Candy Corn (2018)

Candy Corn is an opera short in three scenes about a singer and her husband struggling to understand the suicide of a loved one. They play games, go to the beach, and dress in Halloween costumes while confronting memory, technology, and the nature of identity as the story unfolds in reverse chronology.

Candy Corn premiered at The Flea Theater in New York City, November 2-3, 2018.

Music & Story by Jason Cady

Alize Rozsnyai, Soprano
Calder Craig, Baritone
Jason Cady, Modular Synthesizer

recorded and mixed by Jeff Cook


Cady concocts hilarious, dialogue-heavy scenes and stories with sci-fi and horror settings (his CD Happiness Is The Problem, a very contemporary morality tale set in modern day Brooklyn, is worth seeking out). He too performs his electronic score onstage, an uplifting beat-driven soundtrack for his Candy Corn, a story about a plan to live forever through artificial intelligence modelling and overtaking a character’s social medial presence. The plot is anchored by the conversations of his friends (given a comic uneasiness by soprano Alize Rozsnyai and baritone Calder Craig) who seem somehow to be moving backwards in time.

—Kurt Gottschalk, The Wire

Modularias_Review_Jan2019_The_Wire.png

The second opera, Candy Corn by Jason Cady, featured singers Alize Rozsnyai and Calder Craig accompanied by the composer, playing the modular synthesizer. A married couple grapple with the suicide death someone they dearly loved. Through extended conversations across several clever scene changes of breakfast-table card games, beach sun-bathing and Halloween party preparations, they travel back in time to the terrible reality of their friend’s death. The synthesizer provides bassline music and chords as well as scene-sounds, such as sea-shore waves; in addition, the singers’ spoken and sung conversations are processed into echoed or reverbed and percussive sounds.

The words of the couple’s conversation reflect marital paradoxes: two people know each other inside out, though an internal core within each remains mysterious to the other. The lyrics, in extended passages, are witty and immediately recognizable as ‘just like real life.’ With no indication of any librettist, the lyrics are presumably, written by the composer. The soul-deep puzzlement in the fact of suicide is keen. Quotidian ordinariness of a card game, beach leisure and fun costumes are contrasted with the terrible mystery of a desired death. Rozsnyai and Craig were a compelling couple, singing and acting with conviction and daring.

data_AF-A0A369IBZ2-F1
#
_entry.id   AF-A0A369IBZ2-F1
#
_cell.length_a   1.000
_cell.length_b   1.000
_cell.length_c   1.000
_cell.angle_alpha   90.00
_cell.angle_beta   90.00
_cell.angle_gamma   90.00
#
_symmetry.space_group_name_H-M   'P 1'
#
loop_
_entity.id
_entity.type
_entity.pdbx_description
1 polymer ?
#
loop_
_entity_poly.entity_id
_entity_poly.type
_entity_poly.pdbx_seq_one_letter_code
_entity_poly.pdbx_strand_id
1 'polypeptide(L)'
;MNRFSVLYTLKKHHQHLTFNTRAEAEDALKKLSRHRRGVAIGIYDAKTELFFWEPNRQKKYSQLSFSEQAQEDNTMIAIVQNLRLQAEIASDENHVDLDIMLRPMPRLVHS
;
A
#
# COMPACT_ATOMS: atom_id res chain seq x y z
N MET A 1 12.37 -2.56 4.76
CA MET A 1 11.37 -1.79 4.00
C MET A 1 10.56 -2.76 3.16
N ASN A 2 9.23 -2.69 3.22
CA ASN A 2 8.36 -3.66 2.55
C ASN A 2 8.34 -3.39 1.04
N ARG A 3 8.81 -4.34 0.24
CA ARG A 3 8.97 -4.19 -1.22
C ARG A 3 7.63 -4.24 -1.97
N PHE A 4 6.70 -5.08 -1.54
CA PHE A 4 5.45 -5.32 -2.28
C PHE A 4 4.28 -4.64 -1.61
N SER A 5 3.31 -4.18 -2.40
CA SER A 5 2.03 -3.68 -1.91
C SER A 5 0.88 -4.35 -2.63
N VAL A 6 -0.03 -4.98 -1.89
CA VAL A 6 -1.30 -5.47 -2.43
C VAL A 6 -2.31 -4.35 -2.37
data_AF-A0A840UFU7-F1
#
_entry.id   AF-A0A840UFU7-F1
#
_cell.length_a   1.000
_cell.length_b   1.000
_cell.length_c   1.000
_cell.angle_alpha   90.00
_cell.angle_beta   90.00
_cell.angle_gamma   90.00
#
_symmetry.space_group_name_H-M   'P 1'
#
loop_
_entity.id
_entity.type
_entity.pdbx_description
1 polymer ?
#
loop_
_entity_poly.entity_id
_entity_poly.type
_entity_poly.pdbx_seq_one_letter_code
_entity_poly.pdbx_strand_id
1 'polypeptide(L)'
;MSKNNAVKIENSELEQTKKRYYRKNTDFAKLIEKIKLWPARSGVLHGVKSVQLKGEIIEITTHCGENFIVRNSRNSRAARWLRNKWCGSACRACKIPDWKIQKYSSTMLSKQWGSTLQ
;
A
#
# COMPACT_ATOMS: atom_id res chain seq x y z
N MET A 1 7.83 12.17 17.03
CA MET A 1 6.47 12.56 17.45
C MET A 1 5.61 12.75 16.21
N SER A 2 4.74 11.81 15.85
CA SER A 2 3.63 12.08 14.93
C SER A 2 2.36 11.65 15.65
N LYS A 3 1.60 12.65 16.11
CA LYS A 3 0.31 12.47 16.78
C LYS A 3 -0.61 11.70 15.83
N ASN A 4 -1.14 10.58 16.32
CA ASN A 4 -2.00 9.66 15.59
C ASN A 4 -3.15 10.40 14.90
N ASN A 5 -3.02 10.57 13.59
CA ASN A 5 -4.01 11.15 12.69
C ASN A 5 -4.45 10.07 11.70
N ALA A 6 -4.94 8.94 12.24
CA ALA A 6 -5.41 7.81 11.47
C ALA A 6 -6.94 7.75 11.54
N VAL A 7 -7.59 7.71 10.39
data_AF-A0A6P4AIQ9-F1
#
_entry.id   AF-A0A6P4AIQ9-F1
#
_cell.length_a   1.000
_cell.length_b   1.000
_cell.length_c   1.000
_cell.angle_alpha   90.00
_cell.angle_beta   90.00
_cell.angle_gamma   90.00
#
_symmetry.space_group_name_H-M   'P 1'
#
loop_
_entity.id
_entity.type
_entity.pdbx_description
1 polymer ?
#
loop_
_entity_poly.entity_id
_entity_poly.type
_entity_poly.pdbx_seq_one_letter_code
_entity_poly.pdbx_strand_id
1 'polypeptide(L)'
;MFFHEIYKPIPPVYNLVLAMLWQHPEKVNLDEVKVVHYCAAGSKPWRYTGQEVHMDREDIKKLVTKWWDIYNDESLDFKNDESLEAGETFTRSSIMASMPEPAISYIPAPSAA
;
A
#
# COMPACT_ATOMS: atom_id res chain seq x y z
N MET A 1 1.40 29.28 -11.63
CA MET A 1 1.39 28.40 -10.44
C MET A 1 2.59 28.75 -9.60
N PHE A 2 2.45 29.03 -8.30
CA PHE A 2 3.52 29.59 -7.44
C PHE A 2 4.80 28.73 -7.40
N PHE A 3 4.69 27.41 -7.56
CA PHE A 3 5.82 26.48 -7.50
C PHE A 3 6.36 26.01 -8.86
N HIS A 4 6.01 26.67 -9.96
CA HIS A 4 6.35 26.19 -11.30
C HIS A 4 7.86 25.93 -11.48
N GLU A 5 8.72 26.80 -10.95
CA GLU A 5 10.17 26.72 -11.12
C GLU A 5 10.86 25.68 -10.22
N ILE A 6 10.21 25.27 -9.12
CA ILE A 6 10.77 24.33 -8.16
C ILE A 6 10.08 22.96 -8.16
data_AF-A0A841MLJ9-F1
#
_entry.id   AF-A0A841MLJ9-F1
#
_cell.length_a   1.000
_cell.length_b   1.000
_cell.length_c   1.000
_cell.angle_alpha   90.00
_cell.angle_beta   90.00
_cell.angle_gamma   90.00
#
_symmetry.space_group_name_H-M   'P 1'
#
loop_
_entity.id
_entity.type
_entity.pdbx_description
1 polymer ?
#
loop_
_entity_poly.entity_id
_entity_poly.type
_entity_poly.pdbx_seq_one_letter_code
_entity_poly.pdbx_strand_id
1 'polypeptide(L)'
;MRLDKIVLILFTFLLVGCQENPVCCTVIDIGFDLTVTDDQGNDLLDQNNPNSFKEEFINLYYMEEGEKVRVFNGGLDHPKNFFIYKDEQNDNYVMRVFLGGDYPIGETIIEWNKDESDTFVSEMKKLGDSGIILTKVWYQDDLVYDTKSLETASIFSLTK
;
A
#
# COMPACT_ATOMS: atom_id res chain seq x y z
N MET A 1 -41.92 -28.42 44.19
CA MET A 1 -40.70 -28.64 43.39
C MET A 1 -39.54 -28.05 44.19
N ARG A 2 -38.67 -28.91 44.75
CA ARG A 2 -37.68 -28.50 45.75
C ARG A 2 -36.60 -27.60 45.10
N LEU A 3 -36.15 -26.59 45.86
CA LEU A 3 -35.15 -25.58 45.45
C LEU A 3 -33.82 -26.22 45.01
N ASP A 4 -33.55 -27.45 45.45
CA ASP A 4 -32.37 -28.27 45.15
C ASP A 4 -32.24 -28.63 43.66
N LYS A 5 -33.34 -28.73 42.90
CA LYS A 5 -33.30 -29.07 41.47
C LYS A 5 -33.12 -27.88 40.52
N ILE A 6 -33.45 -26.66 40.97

— Jean Ballard Terepka, Theater Scene, December 7, 2018

Scene 1, photo by Reuben Radding

Scene 1, photo by Reuben Radding

Scene 2, photo by Reuben Radding

Scene 2, photo by Reuben Radding

Scene 3, photo by Reuben Radding

Scene 3, photo by Reuben Radding

Jason Cady’s Candy Corn was the piece on the program that certainly served Experiments in Opera’s commitment to find “the silly in the serious” in honor of composer Matt Marks. Cady served up a wallop of Millennial Absurdism in this wonderful piece that had the audience in fits of laughter every minute or so. Throughout the opera, Cady was grooving at the synthesizer, treating it like a turn table while bopping his head and keeping an eye on his score. Alize Rozsnyai and Calder Craig—as his protagonists wading through memories of a recently deceased loved one—carried out an incredibly topical score/script and remained stone-faced as they talked (in perfect 4/4 time) about the value of having a church job, disliking Arizona, and the travesty of how there’s “no wifi at the beach.” Costume changes, circular narrative, and Rozsnyai’s deliciously diva performances matched with Craig’s soothing, calm baritone made this almost-too-relatable work radically enjoyable.

Stephanie Ann Boyd, I Care If You Listen